Stein has been critical of subsidizing unhealthy food products and of "agri-business" for its advertisements encouraging unhealthy eating. She has said that due to agri-business, Greeks no longer have the healthy diets they once did.

GMOs and pesticides

Stein supports GMO labeling, a moratorium on new GMOs, and the phasing out of existing GMO foods, unless independent research "shows decisively that GMOs are not harmful to human health or ecosystems". Speaking of the health effects of foods derived from GM crops, she has said: "And I can tell you as a physician with special interest and long history in environmental health, the quality of studies that we have are not what you need. We should have a moratorium until they are proven safe, and they have not been proven safe in the way that they are used."

Commentators have criticized Stein's statements about GMOs, writing that they contradict the scientific consensus, which is that existing GM foods are no less safe than foods made from conventional crops. Among the critics was Jordan Weissmann, Slate's business and economics editor, who wrote in July 2016: "Never mind that scientists have studied GMOs extensively and found no signs of danger to human health—Stein would like medical researchers to prove a negative."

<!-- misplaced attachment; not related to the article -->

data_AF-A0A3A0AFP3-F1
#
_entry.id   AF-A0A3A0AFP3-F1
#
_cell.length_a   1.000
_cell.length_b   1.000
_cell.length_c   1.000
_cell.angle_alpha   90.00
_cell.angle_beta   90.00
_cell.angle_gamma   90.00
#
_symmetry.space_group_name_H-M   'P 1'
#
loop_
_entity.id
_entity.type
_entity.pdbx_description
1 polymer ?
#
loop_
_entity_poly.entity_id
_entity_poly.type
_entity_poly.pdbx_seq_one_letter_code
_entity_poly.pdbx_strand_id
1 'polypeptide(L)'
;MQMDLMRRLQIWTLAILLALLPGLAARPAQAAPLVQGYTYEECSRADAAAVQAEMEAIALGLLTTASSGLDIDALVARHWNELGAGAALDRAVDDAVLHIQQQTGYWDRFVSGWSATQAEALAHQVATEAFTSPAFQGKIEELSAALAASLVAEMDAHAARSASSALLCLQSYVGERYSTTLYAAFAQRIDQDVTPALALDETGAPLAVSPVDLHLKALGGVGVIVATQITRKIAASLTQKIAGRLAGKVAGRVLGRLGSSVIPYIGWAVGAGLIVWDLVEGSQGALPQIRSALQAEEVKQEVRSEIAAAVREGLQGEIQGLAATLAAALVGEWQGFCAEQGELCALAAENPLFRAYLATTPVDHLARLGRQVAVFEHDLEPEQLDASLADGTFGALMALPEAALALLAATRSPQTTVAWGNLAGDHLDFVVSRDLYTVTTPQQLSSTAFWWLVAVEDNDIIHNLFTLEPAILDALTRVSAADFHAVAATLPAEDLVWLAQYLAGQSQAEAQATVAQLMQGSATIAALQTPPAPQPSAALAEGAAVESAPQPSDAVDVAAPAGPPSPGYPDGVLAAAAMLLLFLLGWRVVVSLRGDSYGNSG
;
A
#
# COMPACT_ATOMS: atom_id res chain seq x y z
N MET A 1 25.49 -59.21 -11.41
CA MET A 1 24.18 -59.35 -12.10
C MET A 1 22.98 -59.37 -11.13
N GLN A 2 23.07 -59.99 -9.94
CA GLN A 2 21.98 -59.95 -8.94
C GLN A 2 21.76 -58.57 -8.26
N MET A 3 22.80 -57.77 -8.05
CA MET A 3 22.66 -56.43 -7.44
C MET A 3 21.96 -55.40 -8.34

In Environmental Threats to Healthy Aging (2008), Stein concludes her section on pesticides by saying: "[M]any but not all studies find that acute high-dose and chronic lower-dose occupational exposures to some neurotoxic pesticides are linked to an increased risk of cognitive decline, dementia or Alzheimer's disease."

In 2000, Stein and her coauthors wrote, "Twenty million American children five and under eat an average of eight pesticides every day through food consumption. Thirty-seven pesticides registered for use on foods are neurotoxic organophosphate insecticides, chemically related to more toxic nerve warfare agent developed earlier this century." They further noted the ubiquity of these pesticides in the home and at schools, citing Schettler et al. for the claim that "the trend is toward increasingly common exposures to organophosphates. For example, chlorpyrifos detections in urine increased more than tenfold from 1980 to 1990."

Space exploration

In 2012, Vote Smart reported that Stein wanted to "slightly decrease" spending on space exploration. She favored maintaining current levels of spending on scientific and medical research. In 2016, Stein said NASA funding should be increased, arguing that by halving the military budget, more money could be directed towards "exploring space instead of destroying planet Earth."

Personal life

Stein is married to Richard Rohrer, who is also a physician. They live in Lexington, Massachusetts, and have two sons.

See also

Kids robot.svg In Spanish: Jill Stein para niños